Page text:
Usually, in any statement of any politician, you're going to find one or two such comments: little lies that aren't worth the time or effort to dig out. Enough to make some hay, but only that.
But in Gonzo's case, there are no less than five instances where he does nothing short of admit that, at best, he is of no use to the inquiry because his recollection and perception are useless or, at worst, he is telling a tale so improbable that he must be lying. Not only are these five statements remarkable for their sheer volume, to my mind they also lay out a simple fact: somebody, or something, somewhere can or will definitively prove that the smoke we've been smelling for the last few months isn't from a grease fire in the kitchen, but rather it is from a fire raging throughout the whole damn house.
That, or Gonzales is mentally unfit to be Attorney General.
In case you missed it, here's the statement:
Now, take a look at the five times he touches on anything more than the most vauge platitudes regarding the matter (I've put in capital letters what matters most). In each case, Gonzo does the same thing: he makes a definitive statement which seems to support the Bush Administration's position, but only after rendering it meaningles with one of those wonderful little qualifiers.
With no further ado...
"I know that I did not -- and would not -- ask for the resignation of any U.S. attorney for an improper reason. Furthermore, I HAVE NO BASIS TO BELIEVE that anyone involved in this process sought the removal of a U.S. attorney for an improper reason"
Fine, he's not a supreme all-knowing, all-seeing being...we'll let that one slide.
All of these documents and public testimony INDICATE that the Justice Department did not seek the removal of any U.S. attorney to interfere with or improperly influence any case or investigation.
Indicate? You can't even bring yourself to say they "prove" it, can you? Fine, we won't detract points for this one...after all, compared to the shrill certainty of your cohorts this almost makes you sound reasonable.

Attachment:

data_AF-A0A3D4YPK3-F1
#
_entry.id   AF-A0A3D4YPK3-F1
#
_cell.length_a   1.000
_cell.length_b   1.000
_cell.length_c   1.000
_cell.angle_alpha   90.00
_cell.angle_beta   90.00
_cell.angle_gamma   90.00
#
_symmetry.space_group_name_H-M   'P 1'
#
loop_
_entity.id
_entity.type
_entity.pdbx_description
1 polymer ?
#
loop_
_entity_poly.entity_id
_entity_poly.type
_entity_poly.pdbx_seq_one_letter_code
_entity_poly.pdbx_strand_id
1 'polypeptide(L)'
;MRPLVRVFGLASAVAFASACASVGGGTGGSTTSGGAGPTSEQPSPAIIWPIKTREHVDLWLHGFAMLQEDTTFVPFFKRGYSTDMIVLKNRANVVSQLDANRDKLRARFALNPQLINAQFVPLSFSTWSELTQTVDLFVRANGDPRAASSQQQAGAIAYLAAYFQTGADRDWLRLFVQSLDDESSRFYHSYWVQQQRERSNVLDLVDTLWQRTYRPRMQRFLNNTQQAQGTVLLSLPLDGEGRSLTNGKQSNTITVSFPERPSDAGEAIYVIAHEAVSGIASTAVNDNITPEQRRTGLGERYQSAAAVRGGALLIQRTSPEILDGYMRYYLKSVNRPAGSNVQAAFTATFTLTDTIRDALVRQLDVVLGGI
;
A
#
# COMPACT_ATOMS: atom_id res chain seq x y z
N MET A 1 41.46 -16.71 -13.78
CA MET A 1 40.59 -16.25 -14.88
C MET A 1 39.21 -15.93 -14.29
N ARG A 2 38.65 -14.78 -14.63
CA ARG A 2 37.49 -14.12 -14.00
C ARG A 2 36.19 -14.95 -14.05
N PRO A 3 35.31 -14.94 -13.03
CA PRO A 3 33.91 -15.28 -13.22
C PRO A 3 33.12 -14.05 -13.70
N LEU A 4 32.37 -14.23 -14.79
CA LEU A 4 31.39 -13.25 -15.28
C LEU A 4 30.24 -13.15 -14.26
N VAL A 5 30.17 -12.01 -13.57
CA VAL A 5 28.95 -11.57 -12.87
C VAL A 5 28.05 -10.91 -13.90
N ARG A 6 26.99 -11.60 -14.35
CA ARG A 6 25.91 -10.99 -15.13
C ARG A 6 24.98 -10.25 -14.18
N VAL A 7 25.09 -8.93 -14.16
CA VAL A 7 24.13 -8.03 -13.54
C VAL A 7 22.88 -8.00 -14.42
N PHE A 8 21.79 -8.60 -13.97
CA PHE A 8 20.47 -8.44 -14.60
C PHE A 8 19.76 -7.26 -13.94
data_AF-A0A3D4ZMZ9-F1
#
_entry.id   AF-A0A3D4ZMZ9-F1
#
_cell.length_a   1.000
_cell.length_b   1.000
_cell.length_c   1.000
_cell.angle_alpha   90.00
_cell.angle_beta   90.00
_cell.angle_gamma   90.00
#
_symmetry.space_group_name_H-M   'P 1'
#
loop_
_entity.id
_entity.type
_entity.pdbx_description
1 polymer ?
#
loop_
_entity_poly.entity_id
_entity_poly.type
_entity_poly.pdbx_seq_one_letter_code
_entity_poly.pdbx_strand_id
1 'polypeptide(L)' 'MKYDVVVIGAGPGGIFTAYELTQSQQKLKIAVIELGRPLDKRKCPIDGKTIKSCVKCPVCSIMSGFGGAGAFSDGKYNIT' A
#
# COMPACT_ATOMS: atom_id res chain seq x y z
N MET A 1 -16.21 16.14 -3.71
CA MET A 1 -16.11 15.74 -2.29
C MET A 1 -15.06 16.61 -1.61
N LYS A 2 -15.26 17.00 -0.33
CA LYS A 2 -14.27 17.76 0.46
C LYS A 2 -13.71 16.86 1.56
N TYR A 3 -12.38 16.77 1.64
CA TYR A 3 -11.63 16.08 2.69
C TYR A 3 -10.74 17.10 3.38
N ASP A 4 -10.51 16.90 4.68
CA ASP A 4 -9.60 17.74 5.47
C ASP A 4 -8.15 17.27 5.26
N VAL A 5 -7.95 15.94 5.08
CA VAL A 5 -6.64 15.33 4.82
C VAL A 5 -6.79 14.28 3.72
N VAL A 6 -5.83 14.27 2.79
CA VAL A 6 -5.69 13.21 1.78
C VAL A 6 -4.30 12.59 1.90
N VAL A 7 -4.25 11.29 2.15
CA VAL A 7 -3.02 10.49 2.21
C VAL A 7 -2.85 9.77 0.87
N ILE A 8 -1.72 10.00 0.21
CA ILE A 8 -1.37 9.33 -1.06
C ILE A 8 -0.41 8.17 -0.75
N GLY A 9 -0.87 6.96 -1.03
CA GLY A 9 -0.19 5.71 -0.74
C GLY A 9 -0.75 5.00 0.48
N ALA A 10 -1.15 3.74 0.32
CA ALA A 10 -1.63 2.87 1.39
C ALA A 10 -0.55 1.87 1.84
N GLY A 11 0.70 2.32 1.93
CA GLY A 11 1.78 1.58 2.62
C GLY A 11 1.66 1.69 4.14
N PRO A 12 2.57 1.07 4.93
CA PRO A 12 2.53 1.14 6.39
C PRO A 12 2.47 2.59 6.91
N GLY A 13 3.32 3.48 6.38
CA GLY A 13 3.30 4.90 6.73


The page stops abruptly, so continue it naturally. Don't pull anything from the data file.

I have nevertheless asked the Justice Department's Office of Professional Responsibility to further investigate this matter. Working with the department's Office of Inspector General, these nonpartisan professionals will complete their own independent investigation so that Congress and the American people can be 100 percent assured of what I BELIEVE and what the investigation THUS FAR HAS SHOWN: that nothing improper occurred.
You won't even take a defintive position on what the investigation has shown, but in effect only what you believe it to have shown? And what's with the "thus far"? You know, when you say that, it makes me think that maybe the investigation will eventually show something different entirely. If all you can do is offer your opinion on what the investigation has shown (rather than commenting on the truth surrounding the underlying matter) you're on thin ice, Gonzo, thin ice.
To be clear: I directed my then-deputy chief of staff, Kyle Sampson, to initiate this process; fully knew that it was occurring; and approved the final recommendations. Sampson periodically updated me on the review. AS I RECALL, his updates were brief, relatively few in number and focused primarily on the review process.
Couldn't you have used something a little more original? This "as I recall" is the poor man's fifth amendment, nothing more. It gives you a free pass...which is why people love to use it. Except, if your questioner knows what he or she is doing, it also prevents you from ever denying anything said or written which demonstrates the opposite. In effect, with this in pocket, Sampson is the only witness whose accounts on the issue matter...and here's hint: that's not so great for General Gonzales.
During those conversations, TO MY KNOWLEDGE, I did not make decisions about who should or should not be asked to resign.
This is my favorite. Think about this...he isn't saying he did make a decision or that he didn't make a decision. What's the third option, that he made the decision (or didn't make it) without realizing it? I could go on and on, but I'll let it rest at that: our Attorney General cannot even be certain about what decisions he's made (or not made).
Hopefully, somebody somewhere has picked up on this...I am sure this is the case.
But I thought it was interesting if only to show how much fun this Tuesday is going to be.
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